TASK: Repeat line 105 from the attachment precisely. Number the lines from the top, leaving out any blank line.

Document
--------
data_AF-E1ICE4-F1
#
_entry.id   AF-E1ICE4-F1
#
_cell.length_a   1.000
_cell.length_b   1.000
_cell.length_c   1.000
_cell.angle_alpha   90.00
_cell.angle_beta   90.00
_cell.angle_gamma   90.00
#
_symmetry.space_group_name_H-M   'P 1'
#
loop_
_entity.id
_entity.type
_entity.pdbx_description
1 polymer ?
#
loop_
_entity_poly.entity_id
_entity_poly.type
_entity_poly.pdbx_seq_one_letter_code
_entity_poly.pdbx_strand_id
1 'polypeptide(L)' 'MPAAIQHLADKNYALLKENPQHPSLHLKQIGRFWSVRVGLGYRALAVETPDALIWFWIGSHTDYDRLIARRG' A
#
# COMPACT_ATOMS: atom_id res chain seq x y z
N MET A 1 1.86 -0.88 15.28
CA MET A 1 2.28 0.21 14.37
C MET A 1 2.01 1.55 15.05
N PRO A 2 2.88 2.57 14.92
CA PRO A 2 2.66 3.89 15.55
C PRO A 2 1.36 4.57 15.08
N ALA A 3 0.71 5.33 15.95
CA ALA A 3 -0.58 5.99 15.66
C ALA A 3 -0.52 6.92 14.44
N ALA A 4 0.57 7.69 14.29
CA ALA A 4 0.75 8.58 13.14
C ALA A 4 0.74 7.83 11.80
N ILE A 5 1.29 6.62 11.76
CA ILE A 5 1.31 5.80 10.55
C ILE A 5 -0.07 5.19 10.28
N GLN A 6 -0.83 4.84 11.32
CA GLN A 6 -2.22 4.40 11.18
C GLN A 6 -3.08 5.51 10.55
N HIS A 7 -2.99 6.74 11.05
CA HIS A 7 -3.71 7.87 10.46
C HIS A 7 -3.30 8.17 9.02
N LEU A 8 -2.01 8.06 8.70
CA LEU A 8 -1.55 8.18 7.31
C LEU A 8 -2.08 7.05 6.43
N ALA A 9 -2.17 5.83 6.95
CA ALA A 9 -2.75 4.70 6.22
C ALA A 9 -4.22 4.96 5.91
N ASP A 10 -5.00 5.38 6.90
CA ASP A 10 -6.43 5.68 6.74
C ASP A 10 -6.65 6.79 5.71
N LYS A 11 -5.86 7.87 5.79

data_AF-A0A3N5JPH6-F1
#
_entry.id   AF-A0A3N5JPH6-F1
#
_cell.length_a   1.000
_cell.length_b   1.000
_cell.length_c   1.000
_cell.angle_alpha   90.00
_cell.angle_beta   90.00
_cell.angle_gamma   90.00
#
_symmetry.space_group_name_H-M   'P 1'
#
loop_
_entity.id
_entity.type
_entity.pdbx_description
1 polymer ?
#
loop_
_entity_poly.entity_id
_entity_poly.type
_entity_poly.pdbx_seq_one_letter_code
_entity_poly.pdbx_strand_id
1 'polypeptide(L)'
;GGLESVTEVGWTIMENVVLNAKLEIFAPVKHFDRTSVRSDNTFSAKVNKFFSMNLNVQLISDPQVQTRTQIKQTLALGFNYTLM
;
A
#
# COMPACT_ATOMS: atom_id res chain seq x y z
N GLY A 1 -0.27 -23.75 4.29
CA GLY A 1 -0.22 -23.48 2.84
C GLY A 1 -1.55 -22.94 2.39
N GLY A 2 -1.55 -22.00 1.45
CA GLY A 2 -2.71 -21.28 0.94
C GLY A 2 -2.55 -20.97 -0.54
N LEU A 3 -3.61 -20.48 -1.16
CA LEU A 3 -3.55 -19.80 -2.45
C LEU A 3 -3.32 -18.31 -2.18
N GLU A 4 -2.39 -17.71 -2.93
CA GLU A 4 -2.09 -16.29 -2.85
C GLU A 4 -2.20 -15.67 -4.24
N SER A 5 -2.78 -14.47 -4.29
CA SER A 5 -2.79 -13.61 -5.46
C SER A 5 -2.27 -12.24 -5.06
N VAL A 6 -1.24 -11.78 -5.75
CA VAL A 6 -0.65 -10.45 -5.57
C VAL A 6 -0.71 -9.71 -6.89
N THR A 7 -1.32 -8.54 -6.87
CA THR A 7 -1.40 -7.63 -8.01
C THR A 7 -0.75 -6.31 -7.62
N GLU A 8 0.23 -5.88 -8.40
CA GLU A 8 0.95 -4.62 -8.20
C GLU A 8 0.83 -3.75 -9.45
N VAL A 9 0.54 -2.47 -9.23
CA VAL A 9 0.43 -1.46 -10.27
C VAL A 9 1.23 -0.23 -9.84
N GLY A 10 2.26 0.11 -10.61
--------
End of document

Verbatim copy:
CA VAL A 6 -0.65 -10.45 -5.57